### An interesting question

More importantly this silly question is one which I can't answer. First some history though, as to why I will be posting an A Level maths question in two ticks.

Before I went on holiday, a friend of mine from school/college bumped into me in town. We enquired as to how the other was, and then I was asked whether I would consider helping someone with their AS level maths. I was reluctant and said that I will think about it, so we just exchanged details and left it at that. However the day before I left for my holiday, I had a voice mail message asking the same question. So I replied by asking my friend to get in touch with me after I returned (in case they found someone else).

Upon my return a prompt email found itself in my inbox, and so began my journey of helping my friends niece with her AS Maths. Her mother was willing to pay £15 an hour, but I thought that since this was my first time doing such a thing, and it was a favour, £12.50 would be reasonable. So she started coming to my house on Saturday and Sunday for an hour and I helped her with her maths. On her first visit we drew up a list of topics which included trigonometry, sequences and series, the binomial expansion, etc.

I didn't really know what was expected of me in this role, but I soon realised that it was no easy job. Today was the last time she came because her exams on Monday, but boy has it been difficult. I would say that her lack of enthusiasm for maths was her biggest barrier, coupled with the fact that she very easily lost her confidence and motivation.

I had to swot up on A level maths again, and not all of it was easy. I hate trigonometry, namely the CAST diagrams and I also didn't like sequences (which the question below happens to be about!) The job required a lot of patience indeed, however I think I enjoyed it. Well I enjoyed it enough to do it again. I can't really write much else about what I have learnt by doing this (etc) since I have a massive, crunching headache and I'm typing with one hand! However, if I was to do it again the price will definitely change-- I have since been told that £12.50 was a complete and utter bargain! (Quite a lot of people are charging £22 per hour for A level tuition...) I think £18 an hour seems reasonable, but hey, I don't think I will ever do this again. It was just a favour (which gave me some money to buy the maths books from the Springer sale--woohoo!)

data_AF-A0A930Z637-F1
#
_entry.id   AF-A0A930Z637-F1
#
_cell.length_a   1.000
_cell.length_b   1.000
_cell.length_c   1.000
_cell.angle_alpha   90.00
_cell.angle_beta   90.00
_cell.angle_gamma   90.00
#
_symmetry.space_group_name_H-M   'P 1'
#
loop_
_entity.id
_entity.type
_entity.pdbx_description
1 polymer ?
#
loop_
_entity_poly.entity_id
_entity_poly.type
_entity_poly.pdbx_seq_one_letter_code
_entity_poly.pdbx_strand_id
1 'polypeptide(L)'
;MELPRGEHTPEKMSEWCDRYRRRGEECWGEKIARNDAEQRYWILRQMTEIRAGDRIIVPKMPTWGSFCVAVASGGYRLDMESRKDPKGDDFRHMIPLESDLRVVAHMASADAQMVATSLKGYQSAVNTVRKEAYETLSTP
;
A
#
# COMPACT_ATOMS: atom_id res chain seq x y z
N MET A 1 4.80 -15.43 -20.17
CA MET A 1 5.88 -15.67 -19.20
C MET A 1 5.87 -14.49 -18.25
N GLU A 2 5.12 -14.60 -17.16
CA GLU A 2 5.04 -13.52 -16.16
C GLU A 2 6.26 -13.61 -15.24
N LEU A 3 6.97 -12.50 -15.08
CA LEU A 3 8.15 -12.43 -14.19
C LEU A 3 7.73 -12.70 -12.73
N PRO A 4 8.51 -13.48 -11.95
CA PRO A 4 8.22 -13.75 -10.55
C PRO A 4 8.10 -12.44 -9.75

So the question (without a calculator by the way!) which is really bugging me is:

A sequence is defined by the recursion relation,

Given a=20 and u_1=3 find u_2, u_3 and u_4. Giving your answers to 2 decimal places.

We have an expression for u_2 but how the heck are you meant to give it to 2dp? I have missed something vital and it will hit me soon, but not soon enough. So if anyone has any ideas, please put me out of my misery!

I think I really enjoy teaching, but it is damn hard work. Preparing lessons, finding good questions, marking work and you have to be on the ball yourself otherwise you get "the look", which I am famous for giving myself! (I think, having been somewhat a difficult student myself (in the sense that I can be really dumb at times) I tried to cover all hurdles etc that I faced.) It is the challenging aspect of it which I find appealing.

## 3 comments:

The answer to your problem is that you need to read the

exact and wholequestion as asked. The clue is likely to be in the wording of the question.Hi Steve,

That was the exact and whole question though. I know that the fact the relation has a square root in it is telling me something, but what I don't know.

To quote Dr. Rick:

"Beans - there’s nothing you’re not seeing, it’s a cockup. The question’s lifted from the predecessor to C1, which was a calculator paper. (There are a few “challenging” non-calculator questions in the textbook too.)"

So the panics over then!

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